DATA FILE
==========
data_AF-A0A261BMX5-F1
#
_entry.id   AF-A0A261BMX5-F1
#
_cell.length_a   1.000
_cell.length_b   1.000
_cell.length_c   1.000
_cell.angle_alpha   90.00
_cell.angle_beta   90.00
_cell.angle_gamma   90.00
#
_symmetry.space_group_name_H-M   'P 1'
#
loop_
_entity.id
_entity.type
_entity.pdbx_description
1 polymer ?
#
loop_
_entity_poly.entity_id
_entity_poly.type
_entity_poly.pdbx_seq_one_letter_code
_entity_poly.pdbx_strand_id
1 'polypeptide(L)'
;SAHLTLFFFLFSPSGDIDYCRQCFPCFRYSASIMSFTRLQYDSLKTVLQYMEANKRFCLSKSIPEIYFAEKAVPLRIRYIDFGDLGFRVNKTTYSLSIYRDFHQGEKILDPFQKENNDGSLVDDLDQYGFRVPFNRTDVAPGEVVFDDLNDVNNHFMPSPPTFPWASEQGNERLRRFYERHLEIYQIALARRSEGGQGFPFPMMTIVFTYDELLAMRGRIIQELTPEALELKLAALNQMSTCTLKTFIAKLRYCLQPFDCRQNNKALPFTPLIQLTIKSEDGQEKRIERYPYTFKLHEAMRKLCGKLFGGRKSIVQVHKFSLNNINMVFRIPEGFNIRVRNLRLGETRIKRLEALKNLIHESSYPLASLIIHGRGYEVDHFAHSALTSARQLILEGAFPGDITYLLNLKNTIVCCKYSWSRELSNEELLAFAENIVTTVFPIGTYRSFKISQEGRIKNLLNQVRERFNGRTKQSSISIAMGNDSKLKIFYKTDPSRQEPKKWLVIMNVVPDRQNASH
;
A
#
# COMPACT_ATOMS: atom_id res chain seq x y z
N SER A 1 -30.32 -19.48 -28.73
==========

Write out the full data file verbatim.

data_AF-A0A261BMX5-F1
#
_entry.id   AF-A0A261BMX5-F1
#
_cell.length_a   1.000
_cell.length_b   1.000
_cell.length_c   1.000
_cell.angle_alpha   90.00
_cell.angle_beta   90.00
_cell.angle_gamma   90.00
#
_symmetry.space_group_name_H-M   'P 1'
#
loop_
_entity.id
_entity.type
_entity.pdbx_description
1 polymer ?
#
loop_
_entity_poly.entity_id
_entity_poly.type
_entity_poly.pdbx_seq_one_letter_code
_entity_poly.pdbx_strand_id
1 'polypeptide(L)'
;SAHLTLFFFLFSPSGDIDYCRQCFPCFRYSASIMSFTRLQYDSLKTVLQYMEANKRFCLSKSIPEIYFAEKAVPLRIRYIDFGDLGFRVNKTTYSLSIYRDFHQGEKILDPFQKENNDGSLVDDLDQYGFRVPFNRTDVAPGEVVFDDLNDVNNHFMPSPPTFPWASEQGNERLRRFYERHLEIYQIALARRSEGGQGFPFPMMTIVFTYDELLAMRGRIIQELTPEALELKLAALNQMSTCTLKTFIAKLRYCLQPFDCRQNNKALPFTPLIQLTIKSEDGQEKRIERYPYTFKLHEAMRKLCGKLFGGRKSIVQVHKFSLNNINMVFRIPEGFNIRVRNLRLGETRIKRLEALKNLIHESSYPLASLIIHGRGYEVDHFAHSALTSARQLILEGAFPGDITYLLNLKNTIVCCKYSWSRELSNEELLAFAENIVTTVFPIGTYRSFKISQEGRIKNLLNQVRERFNGRTKQSSISIAMGNDSKLKIFYKTDPSRQEPKKWLVIMNVVPDRQNASH
;
A
#
# COMPACT_ATOMS: atom_id res chain seq x y z
N SER A 1 -30.32 -19.48 -28.73